I am in such a good mood which has to be a miracle considering these troubled times. I am sleeping so well as there is no traffic on the busy street, there are no people on the street making noise, It is all rather ideal. Then the New Yorker has the funniest article entitled Quarantine Tips From My Cat, and I almost fell off the bed in laughter. I will include some of the tips at the end of this blog.
Contentment is most unusual, given the state of affairs in this coronavirus panic City, but I am , happy and calm. One reason is the absence of Instagram in my life, its absence immediately had a calming effect. Another factor, perhaps a major one, is that, at present, there is no man in my life. Nary a one, well romantic interest man. There might be one lurking on the sidelines but who knows where that is going, or not going. So everyone in the San Francisco Bay Area is tearing out their hair and in a state of panic and I am happy, happy, happy. But a major thought, I suppose one factor is my recent studies into the Islamic faith and the comfort I feel with its precepts. A precept is a principle, rule, tenet, canon, code, doctrine, guideline, working principle, law, ordinance, statute, command, order, decree, mandate, dictate, dictum, directive, direction, instruction, injunction, prescription, commandment; Judaism mitzvah.
This is the basic working principle of equality within the Islamic Faith: “With the advent of Islam, circumstances improved for the woman. The woman’s dignity and humanity were restored. Islam confirmed her capacity to carry out Allah’s commands, her responsibilities and observation of the commands that lead to heaven. Islam considered the woman as a worthy human being, with a share in humanity equal to that of the man. Both are two branches of a single tree and two children from the same father, Adam, and mother, Eve. Their single origin, their general human traits, their responsibility for the observation of religious duties with the consequent reward or punishment, and the unity of their destiny all bear witness to their equality from the Islamic point of view.”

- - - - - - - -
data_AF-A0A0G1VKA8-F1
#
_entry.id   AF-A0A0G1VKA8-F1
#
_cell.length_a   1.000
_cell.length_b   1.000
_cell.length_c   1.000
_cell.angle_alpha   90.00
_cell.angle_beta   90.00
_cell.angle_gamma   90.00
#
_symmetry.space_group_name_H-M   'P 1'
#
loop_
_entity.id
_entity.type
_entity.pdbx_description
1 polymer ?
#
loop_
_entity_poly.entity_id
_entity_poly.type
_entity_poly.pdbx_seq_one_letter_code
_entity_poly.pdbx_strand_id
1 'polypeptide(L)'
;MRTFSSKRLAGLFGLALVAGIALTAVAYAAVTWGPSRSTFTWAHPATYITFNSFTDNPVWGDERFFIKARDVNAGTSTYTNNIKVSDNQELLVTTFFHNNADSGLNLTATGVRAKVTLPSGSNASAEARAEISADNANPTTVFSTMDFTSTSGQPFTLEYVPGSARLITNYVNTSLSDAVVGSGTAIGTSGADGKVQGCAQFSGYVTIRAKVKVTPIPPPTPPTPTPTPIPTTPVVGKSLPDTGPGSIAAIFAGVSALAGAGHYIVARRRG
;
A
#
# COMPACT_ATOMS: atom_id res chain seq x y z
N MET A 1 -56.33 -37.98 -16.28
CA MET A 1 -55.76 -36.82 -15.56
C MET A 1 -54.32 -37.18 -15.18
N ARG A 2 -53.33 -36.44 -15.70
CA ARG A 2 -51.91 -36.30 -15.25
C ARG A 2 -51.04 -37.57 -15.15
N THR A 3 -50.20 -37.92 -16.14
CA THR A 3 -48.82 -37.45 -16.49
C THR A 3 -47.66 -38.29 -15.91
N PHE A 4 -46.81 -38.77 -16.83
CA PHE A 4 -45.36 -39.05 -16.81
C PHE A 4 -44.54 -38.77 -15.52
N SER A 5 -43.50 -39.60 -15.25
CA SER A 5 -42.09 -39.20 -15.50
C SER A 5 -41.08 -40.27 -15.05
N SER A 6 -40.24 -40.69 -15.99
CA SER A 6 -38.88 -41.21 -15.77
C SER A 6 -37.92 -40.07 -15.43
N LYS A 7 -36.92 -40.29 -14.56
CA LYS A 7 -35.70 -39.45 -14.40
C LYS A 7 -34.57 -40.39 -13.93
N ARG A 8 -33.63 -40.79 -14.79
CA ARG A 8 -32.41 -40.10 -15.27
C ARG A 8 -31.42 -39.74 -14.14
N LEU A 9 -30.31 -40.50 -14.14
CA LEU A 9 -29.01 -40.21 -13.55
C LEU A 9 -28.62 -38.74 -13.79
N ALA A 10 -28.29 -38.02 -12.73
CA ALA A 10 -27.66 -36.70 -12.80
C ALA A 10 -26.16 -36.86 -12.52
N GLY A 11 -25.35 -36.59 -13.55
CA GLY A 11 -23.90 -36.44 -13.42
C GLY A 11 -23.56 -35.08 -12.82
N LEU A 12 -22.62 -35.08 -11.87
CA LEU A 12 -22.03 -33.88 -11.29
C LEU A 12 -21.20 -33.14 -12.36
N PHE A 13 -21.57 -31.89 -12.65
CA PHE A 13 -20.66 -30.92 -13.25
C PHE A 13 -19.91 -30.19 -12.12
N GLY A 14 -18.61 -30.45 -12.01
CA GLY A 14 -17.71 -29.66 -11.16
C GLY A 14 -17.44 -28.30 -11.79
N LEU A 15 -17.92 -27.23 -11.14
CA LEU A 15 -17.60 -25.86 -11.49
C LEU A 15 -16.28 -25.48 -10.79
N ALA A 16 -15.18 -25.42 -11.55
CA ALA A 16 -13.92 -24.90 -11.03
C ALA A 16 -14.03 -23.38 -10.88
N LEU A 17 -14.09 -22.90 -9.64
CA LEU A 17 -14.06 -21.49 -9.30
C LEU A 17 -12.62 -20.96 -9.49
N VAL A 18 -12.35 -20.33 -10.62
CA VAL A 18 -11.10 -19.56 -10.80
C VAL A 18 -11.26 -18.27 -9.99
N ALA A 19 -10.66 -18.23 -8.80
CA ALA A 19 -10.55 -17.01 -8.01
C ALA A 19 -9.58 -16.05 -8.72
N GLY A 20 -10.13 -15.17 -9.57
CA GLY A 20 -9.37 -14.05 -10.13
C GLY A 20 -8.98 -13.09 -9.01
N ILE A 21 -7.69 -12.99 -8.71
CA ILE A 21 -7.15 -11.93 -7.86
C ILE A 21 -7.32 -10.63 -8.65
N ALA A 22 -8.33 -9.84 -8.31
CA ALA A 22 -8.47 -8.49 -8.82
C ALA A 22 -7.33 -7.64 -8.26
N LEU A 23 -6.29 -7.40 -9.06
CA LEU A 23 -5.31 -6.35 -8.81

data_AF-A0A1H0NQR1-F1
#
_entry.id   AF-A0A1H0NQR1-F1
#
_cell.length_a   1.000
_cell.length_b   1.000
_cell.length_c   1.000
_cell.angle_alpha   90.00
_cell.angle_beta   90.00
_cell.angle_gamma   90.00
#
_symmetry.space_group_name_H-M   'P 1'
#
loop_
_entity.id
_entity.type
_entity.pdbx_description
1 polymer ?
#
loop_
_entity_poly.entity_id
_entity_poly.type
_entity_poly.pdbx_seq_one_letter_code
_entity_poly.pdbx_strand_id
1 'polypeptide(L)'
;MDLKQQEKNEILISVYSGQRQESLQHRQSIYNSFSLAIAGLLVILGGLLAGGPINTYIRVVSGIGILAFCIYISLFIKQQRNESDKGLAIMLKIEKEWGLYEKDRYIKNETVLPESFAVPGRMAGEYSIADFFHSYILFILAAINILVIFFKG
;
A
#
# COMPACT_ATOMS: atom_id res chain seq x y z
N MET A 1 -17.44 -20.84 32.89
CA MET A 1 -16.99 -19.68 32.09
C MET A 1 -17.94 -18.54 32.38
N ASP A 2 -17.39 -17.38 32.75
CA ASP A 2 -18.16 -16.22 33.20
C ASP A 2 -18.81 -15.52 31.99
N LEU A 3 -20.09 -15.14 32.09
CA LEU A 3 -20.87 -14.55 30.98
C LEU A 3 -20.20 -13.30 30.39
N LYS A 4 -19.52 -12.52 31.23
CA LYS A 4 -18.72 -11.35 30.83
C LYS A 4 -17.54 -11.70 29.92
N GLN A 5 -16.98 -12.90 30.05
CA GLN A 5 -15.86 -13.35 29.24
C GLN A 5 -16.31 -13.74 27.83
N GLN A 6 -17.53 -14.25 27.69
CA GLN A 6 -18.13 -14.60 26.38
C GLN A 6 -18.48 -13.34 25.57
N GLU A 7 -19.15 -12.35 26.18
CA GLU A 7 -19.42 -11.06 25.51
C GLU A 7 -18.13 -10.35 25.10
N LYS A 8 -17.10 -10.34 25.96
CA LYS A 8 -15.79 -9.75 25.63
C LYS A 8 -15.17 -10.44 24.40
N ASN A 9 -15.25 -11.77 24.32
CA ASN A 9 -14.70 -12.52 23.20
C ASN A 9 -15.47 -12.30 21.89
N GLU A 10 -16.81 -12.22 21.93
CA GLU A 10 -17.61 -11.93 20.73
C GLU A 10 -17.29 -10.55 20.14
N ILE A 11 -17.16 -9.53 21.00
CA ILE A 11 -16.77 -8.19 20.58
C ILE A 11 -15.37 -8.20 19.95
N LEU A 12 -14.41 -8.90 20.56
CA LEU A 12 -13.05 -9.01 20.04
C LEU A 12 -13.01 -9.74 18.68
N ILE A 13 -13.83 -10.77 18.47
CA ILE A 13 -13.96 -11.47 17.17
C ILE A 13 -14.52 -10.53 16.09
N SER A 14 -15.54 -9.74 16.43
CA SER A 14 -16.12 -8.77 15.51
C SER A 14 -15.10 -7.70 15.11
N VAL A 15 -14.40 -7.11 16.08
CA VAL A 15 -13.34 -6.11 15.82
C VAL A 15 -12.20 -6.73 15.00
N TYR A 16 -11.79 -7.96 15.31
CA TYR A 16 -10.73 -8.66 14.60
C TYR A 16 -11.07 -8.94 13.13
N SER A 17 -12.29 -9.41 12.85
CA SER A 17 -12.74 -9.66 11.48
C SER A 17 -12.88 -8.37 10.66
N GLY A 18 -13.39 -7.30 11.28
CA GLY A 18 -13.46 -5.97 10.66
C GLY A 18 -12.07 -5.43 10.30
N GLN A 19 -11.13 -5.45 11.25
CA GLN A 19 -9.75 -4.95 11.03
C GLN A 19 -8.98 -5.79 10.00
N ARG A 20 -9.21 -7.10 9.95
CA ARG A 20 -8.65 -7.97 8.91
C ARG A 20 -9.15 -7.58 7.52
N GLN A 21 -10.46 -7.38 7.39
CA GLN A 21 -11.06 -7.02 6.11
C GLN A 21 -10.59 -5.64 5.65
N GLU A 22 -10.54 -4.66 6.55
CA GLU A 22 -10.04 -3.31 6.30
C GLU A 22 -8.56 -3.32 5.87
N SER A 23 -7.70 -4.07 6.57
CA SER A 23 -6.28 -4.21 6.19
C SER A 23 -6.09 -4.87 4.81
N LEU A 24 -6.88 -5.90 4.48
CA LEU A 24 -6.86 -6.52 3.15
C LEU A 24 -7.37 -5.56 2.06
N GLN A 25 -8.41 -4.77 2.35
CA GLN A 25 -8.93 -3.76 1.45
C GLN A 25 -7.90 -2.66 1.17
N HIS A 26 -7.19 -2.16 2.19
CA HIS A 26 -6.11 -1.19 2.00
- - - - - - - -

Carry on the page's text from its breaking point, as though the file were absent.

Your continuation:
This makes perfect sense, Adam and Eve are branches of a single tree, have a single origin and both have responsibility for the observation of religious duties.
Another interesting way to view men and women is to compare them to a can and a lid.
“Men and women are, so to speak, like a can and its lid, a unity that comprises the thing and its counterpart; one does not exist without the other. When Allah created the first human soul, Adam, He also created from it its counterpart, Eve, so that he would settle and find peace with her. The Almighty did not leave Adam alone, not even (self sufficient enough) in Heaven. Allah’s discourse, whether in the form of prohibition or command, was addressed to both of them: “Dwell you and your wife in the Paradise and both of you freely with pleasure and delight of things therein as wherever you will, but come not near this tree or you both will be of the Zalimun (wrongdoers)”. [Surah 2:35]”